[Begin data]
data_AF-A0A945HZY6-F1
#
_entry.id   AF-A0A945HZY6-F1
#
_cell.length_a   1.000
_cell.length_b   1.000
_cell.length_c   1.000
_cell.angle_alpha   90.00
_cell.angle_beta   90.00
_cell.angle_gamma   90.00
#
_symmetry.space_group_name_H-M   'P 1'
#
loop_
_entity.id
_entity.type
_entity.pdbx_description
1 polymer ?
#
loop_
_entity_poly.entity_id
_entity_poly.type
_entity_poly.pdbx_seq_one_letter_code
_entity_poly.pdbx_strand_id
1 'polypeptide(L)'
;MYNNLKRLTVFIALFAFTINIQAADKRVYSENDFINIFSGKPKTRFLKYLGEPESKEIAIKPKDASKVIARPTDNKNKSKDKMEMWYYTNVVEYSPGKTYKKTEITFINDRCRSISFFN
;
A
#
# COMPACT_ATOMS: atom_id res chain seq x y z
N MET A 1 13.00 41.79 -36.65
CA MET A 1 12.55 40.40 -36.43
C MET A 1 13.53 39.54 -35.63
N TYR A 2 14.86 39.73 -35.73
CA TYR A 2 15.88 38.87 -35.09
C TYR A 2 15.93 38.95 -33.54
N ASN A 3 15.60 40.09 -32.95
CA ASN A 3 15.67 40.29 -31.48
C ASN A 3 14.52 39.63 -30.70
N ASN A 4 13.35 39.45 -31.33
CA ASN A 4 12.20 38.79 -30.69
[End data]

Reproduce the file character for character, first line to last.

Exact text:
data_AF-A0A945HZY6-F1
#
_entry.id   AF-A0A945HZY6-F1
#
_cell.length_a   1.000
_cell.length_b   1.000
_cell.length_c   1.000
_cell.angle_alpha   90.00
_cell.angle_beta   90.00
_cell.angle_gamma   90.00
#
_symmetry.space_group_name_H-M   'P 1'
#
loop_
_entity.id
_entity.type
_entity.pdbx_description
1 polymer ?
#
loop_
_entity_poly.entity_id
_entity_poly.type
_entity_poly.pdbx_seq_one_letter_code
_entity_poly.pdbx_strand_id
1 'polypeptide(L)'
;MYNNLKRLTVFIALFAFTINIQAADKRVYSENDFINIFSGKPKTRFLKYLGEPESKEIAIKPKDASKVIARPTDNKNKSKDKMEMWYYTNVVEYSPGKTYKKTEITFINDRCRSISFFN
;
A
#
# COMPACT_ATOMS: atom_id res chain seq x y z
N MET A 1 13.00 41.79 -36.65
CA MET A 1 12.55 40.40 -36.43
C MET A 1 13.53 39.54 -35.63
N TYR A 2 14.86 39.73 -35.73
CA TYR A 2 15.88 38.87 -35.09
C TYR A 2 15.93 38.95 -33.54
N ASN A 3 15.60 40.09 -32.95
CA ASN A 3 15.67 40.29 -31.48
C ASN A 3 14.52 39.63 -30.70
N ASN A 4 13.35 39.45 -31.33
CA ASN A 4 12.20 38.79 -30.69